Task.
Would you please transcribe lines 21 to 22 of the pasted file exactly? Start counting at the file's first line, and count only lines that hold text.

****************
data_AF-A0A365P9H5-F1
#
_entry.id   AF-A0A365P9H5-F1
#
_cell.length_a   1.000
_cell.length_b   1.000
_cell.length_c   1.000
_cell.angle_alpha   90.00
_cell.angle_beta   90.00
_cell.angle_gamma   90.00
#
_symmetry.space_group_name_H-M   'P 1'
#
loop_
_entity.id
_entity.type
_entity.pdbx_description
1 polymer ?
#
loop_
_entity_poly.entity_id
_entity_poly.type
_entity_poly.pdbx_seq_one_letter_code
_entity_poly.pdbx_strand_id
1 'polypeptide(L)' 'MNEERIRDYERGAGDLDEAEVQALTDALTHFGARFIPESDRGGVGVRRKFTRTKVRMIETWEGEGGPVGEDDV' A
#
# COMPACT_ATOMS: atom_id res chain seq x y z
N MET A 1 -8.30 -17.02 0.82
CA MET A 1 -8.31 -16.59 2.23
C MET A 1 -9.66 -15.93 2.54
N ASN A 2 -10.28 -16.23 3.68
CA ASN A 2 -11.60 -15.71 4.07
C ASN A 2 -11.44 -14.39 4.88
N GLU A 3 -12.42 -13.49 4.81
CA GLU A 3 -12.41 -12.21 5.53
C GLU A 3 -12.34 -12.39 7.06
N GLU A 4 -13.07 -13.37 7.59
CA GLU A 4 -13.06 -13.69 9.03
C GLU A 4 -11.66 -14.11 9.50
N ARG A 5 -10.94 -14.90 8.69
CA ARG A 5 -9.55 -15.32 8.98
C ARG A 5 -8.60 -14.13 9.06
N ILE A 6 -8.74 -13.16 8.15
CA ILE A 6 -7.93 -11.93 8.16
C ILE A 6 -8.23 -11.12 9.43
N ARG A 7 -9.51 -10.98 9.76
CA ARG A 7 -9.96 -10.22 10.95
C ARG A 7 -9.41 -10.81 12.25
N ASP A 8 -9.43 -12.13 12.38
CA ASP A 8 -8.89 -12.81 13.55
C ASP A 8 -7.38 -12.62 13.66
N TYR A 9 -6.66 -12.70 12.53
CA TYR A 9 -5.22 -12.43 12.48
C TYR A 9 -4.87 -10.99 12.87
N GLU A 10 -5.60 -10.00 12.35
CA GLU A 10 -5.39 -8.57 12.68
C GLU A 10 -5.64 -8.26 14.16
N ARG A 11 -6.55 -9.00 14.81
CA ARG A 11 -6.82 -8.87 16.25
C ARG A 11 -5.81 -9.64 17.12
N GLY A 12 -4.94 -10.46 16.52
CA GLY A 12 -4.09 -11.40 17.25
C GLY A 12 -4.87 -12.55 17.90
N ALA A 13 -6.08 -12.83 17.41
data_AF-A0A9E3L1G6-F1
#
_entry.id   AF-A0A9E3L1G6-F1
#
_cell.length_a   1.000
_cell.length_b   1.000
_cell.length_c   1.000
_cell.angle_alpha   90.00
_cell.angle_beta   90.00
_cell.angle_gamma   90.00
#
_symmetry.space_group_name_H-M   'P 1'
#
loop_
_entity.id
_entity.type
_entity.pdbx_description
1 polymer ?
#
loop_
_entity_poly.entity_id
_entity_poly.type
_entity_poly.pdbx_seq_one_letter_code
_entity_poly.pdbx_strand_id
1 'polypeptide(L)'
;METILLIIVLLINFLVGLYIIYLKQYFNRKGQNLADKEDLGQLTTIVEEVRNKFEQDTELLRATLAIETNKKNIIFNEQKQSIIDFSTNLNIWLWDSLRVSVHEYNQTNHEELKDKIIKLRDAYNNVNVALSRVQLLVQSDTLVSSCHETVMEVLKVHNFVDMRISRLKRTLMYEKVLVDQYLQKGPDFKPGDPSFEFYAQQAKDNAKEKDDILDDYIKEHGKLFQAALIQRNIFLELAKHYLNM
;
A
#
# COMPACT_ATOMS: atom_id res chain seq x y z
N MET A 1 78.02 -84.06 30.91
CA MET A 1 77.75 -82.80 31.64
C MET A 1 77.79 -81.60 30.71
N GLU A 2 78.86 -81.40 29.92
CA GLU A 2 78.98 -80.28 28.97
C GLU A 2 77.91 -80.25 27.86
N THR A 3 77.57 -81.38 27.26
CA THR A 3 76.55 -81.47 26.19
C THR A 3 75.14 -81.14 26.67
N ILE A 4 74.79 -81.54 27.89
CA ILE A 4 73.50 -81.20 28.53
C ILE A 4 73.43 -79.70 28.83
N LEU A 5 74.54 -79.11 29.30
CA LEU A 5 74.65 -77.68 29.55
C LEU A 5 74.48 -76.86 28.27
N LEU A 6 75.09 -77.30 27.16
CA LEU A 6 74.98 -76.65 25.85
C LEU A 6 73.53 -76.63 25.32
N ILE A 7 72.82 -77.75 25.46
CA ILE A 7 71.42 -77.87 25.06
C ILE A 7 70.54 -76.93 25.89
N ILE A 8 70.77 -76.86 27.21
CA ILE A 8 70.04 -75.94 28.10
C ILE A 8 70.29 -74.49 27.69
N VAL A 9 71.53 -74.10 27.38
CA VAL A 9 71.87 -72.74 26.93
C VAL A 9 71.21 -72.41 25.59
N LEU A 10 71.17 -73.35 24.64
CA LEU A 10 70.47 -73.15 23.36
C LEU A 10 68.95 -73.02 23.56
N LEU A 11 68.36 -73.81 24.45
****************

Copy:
_entity_poly.entity_id
_entity_poly.type